An Overview of Peripheral Nerve Stimulation
Signals generated through the spinal cord and peripheral nerves in the form of nerve impulses are the information pathways that the brain learns about the environment and reacts to the stimulation (using muscle contraction such as the withdrawal reflex). This pathway includes skin information (touch, temperature and pressure), position sense called proprioception (you know where your arms and legs are in space without looking) and pain (nociception) sensation.
Pain is an obviously important sensation for self-preservation. If you are burning your hand, it behooves you to remove your hand from the fire. If you are wearing through a substantial layer of your skin (a blister), pain is the indication that you need to protect this area of skin from further injury.
There are times that these nerve signal pathways themselves can become damaged. In cases like this, the signals delivered to the brain by the damaged nerve or nerves are false or incorrect. The skin may feel like it is on fire but there is no injury at the site of the pain. Sensation can even be altered at the level of the lower brain. Light touch can be interpreted as severe pain (allodynia). When the nerves themselves are damaged, burning, aching or stabbing pain are the typical descriptions of this type of pain. This is called neuropathic pain. If the pain does not subside after some length of time, this pain is called chronic neuropathic pain.
Chronic neuropathic pain can result from nerve compression (disc herniation, bone spur), from injury to the peripheral nerve (stingers or brachial plexopathy), from infection (shingles, Lyme disease), from autoimmune disorders (Lupus), from metabolic disorders (diabetes) and from trauma.
In cases of chronic neuropathic pain, even though you feel like you want to have these nerves “cut”, cutting these nerves will do nothing to stop the pain. Neuromas (tangles of the ends of these cut nerves) would result, which would create more pain and dysfunction than if the nerves were left alone. The injured nerves also have some intact functions, which need to continue to work. Any severing of this nerve would eliminate these useful functions.
Initial treatment to deal with chronic radiculopathy or spinal cord injury induced pain is the use of medications and time. There are occasions that this pain can reduce or extinguish itself over some period of time (see the section on nerve damage and healing to understand nerve recovery). If however this pain does not extinguish itself and becomes intolerable, there is a technique that can help reduce this perceived pain. It is the use of a spinal cord or peripheral nerve stimulator.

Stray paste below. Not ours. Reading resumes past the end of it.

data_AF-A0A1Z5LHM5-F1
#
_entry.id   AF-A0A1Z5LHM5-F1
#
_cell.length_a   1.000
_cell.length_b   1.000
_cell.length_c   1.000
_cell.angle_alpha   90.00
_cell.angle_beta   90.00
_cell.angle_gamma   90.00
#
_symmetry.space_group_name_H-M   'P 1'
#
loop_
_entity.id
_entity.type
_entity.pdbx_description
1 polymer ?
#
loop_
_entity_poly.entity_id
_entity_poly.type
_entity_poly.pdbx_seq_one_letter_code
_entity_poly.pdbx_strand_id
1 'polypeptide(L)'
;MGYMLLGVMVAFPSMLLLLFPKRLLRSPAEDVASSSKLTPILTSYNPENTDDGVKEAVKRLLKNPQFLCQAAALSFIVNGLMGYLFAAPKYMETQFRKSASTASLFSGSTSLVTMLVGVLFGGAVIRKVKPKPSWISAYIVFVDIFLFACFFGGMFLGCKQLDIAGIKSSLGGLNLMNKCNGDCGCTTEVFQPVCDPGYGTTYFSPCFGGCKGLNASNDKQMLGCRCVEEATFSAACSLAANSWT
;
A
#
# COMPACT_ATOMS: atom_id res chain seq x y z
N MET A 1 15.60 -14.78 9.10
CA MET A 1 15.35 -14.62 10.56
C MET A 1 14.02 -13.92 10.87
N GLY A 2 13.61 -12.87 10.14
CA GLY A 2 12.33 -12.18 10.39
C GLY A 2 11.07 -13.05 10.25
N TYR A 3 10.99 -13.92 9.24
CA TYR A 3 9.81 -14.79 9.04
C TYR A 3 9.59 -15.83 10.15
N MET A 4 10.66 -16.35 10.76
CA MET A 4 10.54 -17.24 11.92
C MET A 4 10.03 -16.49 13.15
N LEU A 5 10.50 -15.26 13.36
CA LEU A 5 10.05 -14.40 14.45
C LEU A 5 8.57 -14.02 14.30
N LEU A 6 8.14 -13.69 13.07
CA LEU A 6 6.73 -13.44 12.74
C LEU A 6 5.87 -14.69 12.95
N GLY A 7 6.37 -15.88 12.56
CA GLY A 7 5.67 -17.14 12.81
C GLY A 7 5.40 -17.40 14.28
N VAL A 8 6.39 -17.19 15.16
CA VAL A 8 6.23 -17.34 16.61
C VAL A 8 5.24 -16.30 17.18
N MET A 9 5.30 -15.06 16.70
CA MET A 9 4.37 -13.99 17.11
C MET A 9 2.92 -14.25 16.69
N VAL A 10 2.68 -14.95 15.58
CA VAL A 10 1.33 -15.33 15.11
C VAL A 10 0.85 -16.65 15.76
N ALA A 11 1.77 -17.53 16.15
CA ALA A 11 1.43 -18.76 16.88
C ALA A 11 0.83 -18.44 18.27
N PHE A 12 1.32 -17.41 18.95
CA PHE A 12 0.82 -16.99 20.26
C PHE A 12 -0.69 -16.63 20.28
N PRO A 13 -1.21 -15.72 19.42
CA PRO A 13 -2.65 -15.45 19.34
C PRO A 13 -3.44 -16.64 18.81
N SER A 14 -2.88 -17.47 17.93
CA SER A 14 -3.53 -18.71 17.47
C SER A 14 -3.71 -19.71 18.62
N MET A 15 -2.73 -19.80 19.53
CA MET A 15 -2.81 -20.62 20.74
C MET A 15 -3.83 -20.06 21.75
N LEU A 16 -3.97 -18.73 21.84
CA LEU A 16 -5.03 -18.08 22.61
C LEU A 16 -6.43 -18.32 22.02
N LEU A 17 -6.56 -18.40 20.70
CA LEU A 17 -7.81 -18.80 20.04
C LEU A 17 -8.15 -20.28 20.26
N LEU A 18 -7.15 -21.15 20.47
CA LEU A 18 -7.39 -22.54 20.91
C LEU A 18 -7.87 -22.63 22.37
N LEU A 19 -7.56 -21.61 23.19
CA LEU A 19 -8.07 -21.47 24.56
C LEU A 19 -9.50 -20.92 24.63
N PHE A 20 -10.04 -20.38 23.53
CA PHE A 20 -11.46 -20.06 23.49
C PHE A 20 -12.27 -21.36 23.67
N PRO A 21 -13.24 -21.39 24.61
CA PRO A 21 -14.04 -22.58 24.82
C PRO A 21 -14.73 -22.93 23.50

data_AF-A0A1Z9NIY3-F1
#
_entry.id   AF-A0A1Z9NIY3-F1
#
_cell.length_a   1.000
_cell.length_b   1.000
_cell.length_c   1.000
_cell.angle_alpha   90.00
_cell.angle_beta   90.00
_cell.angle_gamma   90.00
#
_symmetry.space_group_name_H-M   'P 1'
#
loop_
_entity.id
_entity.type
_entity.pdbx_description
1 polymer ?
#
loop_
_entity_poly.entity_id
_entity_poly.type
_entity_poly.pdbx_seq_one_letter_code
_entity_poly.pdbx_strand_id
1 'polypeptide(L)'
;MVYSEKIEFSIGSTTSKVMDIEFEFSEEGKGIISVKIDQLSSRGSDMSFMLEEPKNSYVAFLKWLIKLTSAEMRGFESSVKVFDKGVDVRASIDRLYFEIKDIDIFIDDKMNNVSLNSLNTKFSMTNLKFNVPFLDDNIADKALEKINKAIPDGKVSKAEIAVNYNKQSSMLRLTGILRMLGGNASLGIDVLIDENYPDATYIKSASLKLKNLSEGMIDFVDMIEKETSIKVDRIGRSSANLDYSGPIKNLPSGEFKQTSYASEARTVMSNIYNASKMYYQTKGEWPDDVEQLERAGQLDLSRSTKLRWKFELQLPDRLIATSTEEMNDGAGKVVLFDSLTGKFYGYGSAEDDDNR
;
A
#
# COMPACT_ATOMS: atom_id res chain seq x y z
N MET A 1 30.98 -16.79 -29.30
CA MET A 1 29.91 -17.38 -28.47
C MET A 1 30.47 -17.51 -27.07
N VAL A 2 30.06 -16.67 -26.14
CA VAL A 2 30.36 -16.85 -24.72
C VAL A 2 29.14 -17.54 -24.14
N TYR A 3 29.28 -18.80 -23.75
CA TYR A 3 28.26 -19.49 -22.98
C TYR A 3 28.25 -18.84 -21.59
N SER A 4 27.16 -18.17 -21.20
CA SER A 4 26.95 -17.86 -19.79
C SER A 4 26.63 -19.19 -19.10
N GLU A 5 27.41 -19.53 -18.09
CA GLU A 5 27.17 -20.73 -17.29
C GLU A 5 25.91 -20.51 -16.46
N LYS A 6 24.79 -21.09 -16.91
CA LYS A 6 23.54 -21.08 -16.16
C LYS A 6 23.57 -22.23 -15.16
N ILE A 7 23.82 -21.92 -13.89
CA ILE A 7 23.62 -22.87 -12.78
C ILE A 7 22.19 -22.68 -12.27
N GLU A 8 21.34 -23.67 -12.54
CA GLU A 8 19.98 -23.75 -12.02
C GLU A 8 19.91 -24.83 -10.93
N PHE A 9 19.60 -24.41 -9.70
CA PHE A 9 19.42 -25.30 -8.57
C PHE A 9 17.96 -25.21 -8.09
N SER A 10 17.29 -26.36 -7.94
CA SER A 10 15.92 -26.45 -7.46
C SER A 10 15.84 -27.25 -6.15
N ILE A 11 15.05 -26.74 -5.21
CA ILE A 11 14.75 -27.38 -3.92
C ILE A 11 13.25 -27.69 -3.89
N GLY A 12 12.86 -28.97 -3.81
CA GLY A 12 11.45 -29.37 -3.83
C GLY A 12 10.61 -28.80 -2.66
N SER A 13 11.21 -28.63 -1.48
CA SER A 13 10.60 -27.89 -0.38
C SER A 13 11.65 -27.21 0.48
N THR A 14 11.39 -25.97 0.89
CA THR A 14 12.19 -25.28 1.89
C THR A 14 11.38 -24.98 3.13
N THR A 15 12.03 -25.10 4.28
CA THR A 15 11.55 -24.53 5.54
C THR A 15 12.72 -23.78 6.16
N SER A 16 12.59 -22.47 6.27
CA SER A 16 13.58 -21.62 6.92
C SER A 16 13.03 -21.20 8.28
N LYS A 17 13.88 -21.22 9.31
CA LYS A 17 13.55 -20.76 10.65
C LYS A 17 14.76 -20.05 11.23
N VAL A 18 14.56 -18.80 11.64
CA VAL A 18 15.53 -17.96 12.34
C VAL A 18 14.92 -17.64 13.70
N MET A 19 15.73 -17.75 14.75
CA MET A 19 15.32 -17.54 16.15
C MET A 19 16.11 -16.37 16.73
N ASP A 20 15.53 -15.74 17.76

How Peripheral Nerve Stimulation Works
The peripheral nerve stimulation system really trades one sensation for another. Think of the “white noise” produced when a TV is turned on but the cable is disconnected. This “noise” is similar to the sensation that one trades for pain reduction. This trading has to do with how the nervous system deals with stimuli of different intensities.
Do you remember the days you were in elementary school on the playground and bruised your forearm? If you rubbed your arm vigorously enough, you would gain temporary relief from that deep pain. This “fast rubbing” of your arm produced a flood of input from the touch receptors. This flooding of the sensory system overwhelmed the pain pathway and the pain “magically” disappeared.
This essentially is the same technique utilized by the spinal cord stimulator. The name for this phenomenon is the Gate Theory of pain. Two scientists, Melzak and Wall were on the short list for the Nobel Prize for this discovery.
The thalamus, located in the lower brain is the switchbox that routes pain signals from the body to the upper portions of the brain. Think of the nerve pathways from the body to the thalamus as pipes carrying messages. The pipes that deliver sensory messages are much larger than the pipes carrying pain messages. If the “pain pipe” delivers its messages unimpeded, the thalamus will “notice pain” and relay it to the upper brain, especially if the sensory pipe is not “flowing with much information”.
The sensory pipe has the capacity for a much larger volume of information than can be delivered by the pain pipe. If this flow of sensory information is large enough, the pressure of this flow will “close a valve”, which cuts off the flow of the pain pipe. The thalamus will then “sense” only sensory information and pain will be eliminated.
The stimulator, through electrical discharges from the implantable leads, creates this sensory overload. The leads of the stimulator however, have to be placed at the correct location for this pain valve to be shut off. This is the precise job of the implant specialist. If the leads are placed correctly, the “pain valve” can be shut off and only “white noise” will be noticed.